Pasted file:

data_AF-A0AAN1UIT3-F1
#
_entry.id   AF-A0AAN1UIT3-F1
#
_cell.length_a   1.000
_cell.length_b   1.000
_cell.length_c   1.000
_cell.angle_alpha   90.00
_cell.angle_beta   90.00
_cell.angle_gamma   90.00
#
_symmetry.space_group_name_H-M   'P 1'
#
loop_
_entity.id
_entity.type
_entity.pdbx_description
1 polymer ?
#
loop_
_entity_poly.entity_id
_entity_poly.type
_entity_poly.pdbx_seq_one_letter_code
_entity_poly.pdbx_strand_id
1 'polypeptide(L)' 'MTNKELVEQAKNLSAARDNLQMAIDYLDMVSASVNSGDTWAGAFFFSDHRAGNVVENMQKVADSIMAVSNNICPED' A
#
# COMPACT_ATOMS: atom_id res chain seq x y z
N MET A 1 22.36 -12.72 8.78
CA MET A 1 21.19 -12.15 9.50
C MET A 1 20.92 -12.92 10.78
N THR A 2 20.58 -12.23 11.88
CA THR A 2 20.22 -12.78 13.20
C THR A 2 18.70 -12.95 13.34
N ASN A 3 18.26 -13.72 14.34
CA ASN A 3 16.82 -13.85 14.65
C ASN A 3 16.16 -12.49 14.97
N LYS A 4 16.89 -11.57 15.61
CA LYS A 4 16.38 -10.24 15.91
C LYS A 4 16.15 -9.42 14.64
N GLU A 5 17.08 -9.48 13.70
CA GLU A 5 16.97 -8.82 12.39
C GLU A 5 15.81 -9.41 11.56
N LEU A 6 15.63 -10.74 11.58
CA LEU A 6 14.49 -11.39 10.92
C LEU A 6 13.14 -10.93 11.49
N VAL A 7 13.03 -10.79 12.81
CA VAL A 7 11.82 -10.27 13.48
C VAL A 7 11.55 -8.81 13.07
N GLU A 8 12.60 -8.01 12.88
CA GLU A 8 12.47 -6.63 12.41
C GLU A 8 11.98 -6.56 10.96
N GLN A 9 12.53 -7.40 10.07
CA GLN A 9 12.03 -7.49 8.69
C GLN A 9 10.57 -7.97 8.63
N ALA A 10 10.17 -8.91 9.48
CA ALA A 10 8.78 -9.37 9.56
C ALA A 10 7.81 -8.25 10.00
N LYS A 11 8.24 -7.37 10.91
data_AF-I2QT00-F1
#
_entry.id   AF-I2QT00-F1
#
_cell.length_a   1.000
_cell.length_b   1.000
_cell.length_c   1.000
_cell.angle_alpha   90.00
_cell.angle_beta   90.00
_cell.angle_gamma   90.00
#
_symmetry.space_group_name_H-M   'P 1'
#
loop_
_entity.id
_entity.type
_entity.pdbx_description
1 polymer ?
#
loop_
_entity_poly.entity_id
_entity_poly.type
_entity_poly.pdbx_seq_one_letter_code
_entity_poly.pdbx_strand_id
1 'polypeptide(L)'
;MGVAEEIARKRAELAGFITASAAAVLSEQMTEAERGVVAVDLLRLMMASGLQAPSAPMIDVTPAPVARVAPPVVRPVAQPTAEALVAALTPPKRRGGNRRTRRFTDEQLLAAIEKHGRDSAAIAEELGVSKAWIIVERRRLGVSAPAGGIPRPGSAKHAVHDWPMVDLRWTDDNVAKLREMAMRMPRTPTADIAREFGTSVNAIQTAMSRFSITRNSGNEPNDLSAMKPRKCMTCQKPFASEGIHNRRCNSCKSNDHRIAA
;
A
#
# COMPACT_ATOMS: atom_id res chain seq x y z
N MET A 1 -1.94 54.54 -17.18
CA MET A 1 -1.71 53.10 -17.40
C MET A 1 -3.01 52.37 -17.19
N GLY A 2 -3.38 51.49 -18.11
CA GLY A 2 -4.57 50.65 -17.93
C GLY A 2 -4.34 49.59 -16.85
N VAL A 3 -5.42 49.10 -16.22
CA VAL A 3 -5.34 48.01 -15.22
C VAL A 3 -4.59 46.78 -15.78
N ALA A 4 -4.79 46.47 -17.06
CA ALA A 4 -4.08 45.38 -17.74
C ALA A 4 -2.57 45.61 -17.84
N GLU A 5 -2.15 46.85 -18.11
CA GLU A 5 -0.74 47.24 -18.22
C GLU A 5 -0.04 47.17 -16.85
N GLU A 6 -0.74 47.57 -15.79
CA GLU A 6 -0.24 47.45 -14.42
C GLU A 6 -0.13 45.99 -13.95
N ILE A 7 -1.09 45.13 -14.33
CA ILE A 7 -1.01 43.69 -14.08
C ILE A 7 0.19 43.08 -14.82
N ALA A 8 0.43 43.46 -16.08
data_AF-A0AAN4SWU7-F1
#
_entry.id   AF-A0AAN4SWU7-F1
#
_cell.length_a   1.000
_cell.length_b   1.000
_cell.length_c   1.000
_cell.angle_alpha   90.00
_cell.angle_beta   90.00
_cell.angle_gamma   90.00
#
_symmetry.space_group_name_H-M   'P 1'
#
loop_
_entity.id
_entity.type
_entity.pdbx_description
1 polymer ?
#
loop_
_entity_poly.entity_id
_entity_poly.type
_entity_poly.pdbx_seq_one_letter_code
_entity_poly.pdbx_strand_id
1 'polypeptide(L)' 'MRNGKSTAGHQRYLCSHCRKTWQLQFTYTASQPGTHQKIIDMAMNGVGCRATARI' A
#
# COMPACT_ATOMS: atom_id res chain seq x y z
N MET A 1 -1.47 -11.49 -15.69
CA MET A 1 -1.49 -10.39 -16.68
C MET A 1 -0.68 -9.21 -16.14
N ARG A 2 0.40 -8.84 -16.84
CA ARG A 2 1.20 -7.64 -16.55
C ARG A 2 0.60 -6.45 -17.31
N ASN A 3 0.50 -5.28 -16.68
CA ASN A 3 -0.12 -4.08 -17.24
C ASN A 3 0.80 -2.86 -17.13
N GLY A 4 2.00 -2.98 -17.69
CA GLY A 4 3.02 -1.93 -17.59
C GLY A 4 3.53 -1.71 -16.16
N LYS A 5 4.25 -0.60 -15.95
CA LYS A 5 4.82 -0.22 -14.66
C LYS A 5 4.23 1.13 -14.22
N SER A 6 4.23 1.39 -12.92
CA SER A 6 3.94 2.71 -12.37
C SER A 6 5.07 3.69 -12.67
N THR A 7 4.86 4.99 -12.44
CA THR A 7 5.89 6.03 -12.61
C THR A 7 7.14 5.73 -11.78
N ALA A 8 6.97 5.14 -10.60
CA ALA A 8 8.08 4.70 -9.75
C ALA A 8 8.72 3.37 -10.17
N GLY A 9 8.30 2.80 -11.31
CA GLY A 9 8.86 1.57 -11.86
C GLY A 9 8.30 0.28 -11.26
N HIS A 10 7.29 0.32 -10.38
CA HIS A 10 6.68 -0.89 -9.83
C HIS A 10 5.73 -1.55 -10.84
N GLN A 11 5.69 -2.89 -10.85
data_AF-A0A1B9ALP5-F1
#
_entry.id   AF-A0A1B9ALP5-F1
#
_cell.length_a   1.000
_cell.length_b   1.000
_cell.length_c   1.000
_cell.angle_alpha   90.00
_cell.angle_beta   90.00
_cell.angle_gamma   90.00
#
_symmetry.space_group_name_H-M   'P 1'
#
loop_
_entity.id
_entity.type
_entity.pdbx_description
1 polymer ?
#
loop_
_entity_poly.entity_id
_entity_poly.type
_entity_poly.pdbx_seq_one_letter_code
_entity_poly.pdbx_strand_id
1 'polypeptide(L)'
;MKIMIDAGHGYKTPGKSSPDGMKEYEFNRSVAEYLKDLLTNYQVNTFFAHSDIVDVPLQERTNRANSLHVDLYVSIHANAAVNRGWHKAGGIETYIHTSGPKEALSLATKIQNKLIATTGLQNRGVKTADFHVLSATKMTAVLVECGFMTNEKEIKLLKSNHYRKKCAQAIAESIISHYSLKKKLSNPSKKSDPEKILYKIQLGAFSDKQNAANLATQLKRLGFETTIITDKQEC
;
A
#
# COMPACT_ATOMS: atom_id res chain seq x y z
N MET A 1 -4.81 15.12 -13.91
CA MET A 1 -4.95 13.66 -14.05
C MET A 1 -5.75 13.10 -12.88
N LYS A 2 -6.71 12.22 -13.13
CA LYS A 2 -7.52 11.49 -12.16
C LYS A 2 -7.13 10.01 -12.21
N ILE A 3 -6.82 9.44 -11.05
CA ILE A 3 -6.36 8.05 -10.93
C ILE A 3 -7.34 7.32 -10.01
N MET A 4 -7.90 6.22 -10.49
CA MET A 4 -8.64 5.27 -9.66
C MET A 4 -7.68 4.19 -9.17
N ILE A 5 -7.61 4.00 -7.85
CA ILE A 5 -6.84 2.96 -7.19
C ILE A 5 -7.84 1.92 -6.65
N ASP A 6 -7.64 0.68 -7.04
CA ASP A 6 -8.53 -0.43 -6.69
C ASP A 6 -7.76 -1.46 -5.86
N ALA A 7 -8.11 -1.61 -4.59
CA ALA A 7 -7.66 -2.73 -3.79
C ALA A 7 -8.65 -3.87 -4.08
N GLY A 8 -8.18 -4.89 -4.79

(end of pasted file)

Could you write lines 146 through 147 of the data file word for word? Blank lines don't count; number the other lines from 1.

C ASN A 3 0.80 -2.86 -17.13
N GLY A 4 2.00 -2.98 -17.69